// Before entering forever loop in main MyVariable = INITIAL_VALUE;
#define INITIAL_VALUE 100 unsigned char MyVariable;

Though it’s unclear from the above pseudo-code, let’s assume that MyVariable is a local stack variable. (It could also be global.) I don’t think there should be any (portably) noticeable efficiency gain from switching to the latter. And I do think that following this rule creates an opening to forget to do the initialization or to unintentionally place the initialization code within a conditional clause.

Better Rule: Initialize every variable as soon as you know the initial value.

I’d much rather see every variable initialized at declaration with the narrowest possible scoping and creation of the variable postponed as long as possible. Remember that if you’re using a C99 or C++ compiler, you can declare a variable anywhere within the body of a function.  Right before its first use is a great place to declare and immediately initialize any variable.

Bad Rule #5: Use #defines for constant numbers

The example given for this rule is of defining three constant values, including:

#define OFF 0 #define ON 1

BadAdvice’s rationale is given as “Increased convenience of changing values in a single place for the whole file. Provides structure to the code.” And I agree that using named constants instead of so-called “magic numbers” sprinkled around the code is a valuable practice. However, I think there is often a better way to go about this.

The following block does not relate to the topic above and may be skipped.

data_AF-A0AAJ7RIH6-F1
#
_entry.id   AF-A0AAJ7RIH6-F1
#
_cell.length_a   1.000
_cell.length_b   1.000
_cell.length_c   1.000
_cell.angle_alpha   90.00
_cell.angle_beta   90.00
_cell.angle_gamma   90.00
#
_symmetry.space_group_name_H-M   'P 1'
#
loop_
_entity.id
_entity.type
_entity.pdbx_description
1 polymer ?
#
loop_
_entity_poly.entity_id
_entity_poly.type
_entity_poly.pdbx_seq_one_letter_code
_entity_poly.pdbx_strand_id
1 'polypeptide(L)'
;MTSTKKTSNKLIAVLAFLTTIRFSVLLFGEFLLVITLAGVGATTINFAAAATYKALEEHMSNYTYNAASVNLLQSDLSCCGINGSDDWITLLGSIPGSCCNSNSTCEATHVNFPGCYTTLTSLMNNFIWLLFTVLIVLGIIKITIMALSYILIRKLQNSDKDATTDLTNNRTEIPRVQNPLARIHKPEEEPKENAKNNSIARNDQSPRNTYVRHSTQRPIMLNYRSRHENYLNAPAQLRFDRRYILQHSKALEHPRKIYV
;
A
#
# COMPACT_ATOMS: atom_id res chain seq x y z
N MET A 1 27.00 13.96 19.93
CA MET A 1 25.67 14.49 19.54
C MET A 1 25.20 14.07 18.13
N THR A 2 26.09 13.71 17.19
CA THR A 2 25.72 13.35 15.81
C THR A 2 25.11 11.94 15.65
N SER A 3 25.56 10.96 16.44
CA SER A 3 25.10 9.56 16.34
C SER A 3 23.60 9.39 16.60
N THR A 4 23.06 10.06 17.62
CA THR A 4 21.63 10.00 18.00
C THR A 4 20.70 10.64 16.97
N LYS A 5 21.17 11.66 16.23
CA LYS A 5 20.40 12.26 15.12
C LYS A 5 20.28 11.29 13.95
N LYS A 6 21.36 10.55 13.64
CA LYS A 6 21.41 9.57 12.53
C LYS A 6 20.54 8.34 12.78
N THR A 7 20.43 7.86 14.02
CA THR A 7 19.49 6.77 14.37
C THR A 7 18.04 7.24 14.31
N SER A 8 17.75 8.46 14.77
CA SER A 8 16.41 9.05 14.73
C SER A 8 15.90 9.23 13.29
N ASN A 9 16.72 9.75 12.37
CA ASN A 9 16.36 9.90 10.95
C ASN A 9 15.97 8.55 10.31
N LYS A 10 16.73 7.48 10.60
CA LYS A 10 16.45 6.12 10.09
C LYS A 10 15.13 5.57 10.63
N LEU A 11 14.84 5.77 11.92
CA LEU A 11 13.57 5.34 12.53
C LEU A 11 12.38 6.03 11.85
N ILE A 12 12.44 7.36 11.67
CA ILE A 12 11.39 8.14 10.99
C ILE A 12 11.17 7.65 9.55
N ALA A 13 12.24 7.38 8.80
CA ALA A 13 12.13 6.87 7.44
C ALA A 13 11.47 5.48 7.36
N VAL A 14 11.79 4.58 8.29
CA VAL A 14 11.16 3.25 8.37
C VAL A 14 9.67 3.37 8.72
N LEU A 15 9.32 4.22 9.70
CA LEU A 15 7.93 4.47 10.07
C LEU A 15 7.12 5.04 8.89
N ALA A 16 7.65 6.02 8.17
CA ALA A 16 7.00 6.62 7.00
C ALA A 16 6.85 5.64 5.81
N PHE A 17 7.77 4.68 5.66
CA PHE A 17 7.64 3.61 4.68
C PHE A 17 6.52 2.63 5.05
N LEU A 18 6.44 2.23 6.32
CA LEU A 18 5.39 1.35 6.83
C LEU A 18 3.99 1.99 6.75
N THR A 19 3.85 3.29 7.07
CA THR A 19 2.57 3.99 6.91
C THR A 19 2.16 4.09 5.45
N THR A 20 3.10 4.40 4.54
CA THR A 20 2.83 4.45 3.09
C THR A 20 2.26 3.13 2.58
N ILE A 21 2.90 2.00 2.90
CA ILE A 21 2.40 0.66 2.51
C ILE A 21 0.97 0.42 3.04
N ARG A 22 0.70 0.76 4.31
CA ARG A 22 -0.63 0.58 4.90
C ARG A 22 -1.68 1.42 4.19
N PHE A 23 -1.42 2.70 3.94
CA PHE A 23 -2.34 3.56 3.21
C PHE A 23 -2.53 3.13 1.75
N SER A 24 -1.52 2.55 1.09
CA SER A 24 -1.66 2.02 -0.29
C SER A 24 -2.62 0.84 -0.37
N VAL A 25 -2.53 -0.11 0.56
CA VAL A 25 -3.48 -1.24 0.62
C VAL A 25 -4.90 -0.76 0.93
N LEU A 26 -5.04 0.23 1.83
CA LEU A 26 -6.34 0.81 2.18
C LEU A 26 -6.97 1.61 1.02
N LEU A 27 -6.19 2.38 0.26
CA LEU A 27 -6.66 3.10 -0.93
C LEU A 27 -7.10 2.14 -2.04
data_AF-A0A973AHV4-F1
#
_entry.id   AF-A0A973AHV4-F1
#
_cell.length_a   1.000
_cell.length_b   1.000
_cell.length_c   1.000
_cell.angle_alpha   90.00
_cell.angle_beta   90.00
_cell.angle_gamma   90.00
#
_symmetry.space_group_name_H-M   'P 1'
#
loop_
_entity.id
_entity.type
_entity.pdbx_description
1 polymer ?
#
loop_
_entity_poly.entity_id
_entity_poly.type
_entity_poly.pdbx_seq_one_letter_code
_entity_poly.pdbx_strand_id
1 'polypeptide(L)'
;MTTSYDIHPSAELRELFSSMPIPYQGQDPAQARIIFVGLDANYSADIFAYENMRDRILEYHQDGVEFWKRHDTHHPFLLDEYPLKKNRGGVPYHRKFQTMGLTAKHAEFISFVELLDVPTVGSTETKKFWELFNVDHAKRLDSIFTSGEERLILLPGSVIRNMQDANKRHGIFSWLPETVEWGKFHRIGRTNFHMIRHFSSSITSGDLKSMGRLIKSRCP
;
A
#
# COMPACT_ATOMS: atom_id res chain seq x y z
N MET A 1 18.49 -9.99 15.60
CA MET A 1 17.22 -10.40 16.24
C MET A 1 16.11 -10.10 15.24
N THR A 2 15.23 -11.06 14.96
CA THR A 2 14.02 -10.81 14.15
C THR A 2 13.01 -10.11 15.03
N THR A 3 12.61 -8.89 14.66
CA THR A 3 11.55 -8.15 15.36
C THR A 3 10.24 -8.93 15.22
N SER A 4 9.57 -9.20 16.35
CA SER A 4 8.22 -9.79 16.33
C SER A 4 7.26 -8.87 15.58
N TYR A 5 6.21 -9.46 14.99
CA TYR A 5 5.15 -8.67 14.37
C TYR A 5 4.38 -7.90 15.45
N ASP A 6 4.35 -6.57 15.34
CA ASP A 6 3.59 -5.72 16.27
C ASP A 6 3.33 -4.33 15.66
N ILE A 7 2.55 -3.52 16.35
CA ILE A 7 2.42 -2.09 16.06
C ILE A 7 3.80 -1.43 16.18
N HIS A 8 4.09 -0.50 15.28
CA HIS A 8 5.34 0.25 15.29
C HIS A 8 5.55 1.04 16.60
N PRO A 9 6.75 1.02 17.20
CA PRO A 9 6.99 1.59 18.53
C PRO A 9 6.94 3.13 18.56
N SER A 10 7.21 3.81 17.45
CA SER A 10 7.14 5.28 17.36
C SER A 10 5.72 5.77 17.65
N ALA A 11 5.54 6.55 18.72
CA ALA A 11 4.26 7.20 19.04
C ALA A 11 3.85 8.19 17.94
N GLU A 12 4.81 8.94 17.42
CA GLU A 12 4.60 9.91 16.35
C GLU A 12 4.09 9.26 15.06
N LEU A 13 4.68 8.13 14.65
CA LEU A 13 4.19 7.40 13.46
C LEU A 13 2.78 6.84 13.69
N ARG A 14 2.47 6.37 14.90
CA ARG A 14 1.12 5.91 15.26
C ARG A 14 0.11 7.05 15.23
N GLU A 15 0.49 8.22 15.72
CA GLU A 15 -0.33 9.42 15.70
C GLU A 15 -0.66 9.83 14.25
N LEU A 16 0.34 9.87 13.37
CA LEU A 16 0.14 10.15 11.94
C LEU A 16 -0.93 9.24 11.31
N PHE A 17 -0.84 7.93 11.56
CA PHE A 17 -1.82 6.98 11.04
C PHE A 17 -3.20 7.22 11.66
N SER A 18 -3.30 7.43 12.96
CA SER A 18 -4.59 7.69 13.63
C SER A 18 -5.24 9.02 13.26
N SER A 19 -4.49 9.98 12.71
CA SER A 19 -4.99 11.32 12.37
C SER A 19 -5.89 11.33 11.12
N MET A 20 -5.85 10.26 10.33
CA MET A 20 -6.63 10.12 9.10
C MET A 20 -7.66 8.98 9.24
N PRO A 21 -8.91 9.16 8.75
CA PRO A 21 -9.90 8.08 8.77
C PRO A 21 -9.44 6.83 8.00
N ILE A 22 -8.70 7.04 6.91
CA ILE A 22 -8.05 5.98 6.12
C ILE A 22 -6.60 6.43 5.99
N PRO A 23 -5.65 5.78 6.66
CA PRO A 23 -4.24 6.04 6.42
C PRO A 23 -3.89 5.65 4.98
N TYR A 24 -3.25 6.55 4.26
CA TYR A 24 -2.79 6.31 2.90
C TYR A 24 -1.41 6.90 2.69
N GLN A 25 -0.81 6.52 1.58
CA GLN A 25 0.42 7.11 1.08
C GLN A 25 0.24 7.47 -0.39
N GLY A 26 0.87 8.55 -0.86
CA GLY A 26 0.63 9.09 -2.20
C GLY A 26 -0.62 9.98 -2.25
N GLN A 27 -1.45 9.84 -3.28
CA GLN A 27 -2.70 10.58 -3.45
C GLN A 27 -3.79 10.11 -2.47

Better rule: Declare constants using static const or enum.

C’s const keyword can be used to declare a variable of any type as unable to be changed at run-time. This is a preferable way of declaring constants, as they are in this way given a type that can be used to make comparisons properly and enabling them to be type-checked by the compiler if they are passed as parameters to function calls. In C++, the use of const won’t cost you any memory storage. To avoid the use of run-time memory for constants declared this way in C, simply add the static keyword to the declaration. For example:

static const uint8_t OFF = 0; static const uint8_t ON = 1;

Alternatively, enumeration sets may be used to declare integer constants. I recommend this technique when the constants come in related groups, such as named colors or:

enum { OFF = 0, ON };

Either const-declared variables or enumerations can be used to achieve much of what programmers use preprocessor defines for (except preprocessor macros). So while I agree with BadAdvice that #defines are preferable over magic numbers, I only use #define as a last resort when naming a constant.

Scary thoughts

There are two scary things about these and a few of the other rules on BadAdvice’s blog. First, is that they are out there on the Internet to be found with a search for embedded C coding rules. Second, is that BadAdvice’s brief bio is a designer of medical devices and industrial controls. I’m not sure which is worse. But I do hope the above reasoning and proposed better rules gets you thinking about how to develop more reliable embedded software with fewer bugs.

Source